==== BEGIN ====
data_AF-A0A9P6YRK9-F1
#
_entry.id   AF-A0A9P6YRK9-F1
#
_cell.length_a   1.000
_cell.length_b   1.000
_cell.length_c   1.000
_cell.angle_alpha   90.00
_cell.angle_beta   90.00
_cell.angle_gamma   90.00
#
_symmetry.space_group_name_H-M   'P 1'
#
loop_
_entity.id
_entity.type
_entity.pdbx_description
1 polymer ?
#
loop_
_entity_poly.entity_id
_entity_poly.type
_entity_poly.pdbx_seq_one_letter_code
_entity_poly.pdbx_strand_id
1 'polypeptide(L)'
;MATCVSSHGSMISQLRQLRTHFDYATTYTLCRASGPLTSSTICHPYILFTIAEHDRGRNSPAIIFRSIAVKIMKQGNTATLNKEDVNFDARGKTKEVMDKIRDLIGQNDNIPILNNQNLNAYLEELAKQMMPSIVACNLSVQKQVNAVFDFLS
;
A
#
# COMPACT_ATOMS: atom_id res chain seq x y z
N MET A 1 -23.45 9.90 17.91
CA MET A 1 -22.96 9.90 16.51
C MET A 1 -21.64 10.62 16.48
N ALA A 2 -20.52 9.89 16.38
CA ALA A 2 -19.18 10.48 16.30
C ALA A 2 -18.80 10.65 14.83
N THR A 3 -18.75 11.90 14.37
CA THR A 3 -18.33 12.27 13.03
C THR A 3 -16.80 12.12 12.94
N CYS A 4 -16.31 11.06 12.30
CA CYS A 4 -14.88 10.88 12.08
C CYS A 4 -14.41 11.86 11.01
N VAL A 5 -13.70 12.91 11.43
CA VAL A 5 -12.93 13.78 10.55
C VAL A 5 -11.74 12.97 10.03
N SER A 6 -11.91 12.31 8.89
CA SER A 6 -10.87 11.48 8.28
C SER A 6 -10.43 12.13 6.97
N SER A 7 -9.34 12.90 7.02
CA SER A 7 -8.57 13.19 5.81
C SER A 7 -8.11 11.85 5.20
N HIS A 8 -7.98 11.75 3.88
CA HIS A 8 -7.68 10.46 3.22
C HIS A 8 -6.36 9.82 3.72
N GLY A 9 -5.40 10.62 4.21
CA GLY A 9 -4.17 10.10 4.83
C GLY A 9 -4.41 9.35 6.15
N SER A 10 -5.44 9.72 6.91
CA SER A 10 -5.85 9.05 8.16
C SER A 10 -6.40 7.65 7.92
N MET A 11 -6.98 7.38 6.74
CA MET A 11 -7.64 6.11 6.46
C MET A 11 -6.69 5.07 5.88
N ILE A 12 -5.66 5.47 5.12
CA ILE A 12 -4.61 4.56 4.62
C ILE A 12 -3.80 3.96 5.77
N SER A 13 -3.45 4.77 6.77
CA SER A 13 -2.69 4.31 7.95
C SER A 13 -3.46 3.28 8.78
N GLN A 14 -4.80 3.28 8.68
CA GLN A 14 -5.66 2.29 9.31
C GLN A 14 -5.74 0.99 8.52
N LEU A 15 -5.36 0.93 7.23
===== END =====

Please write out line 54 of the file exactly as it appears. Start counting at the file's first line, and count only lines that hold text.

C HIS A 8 -6.36 9.82 3.72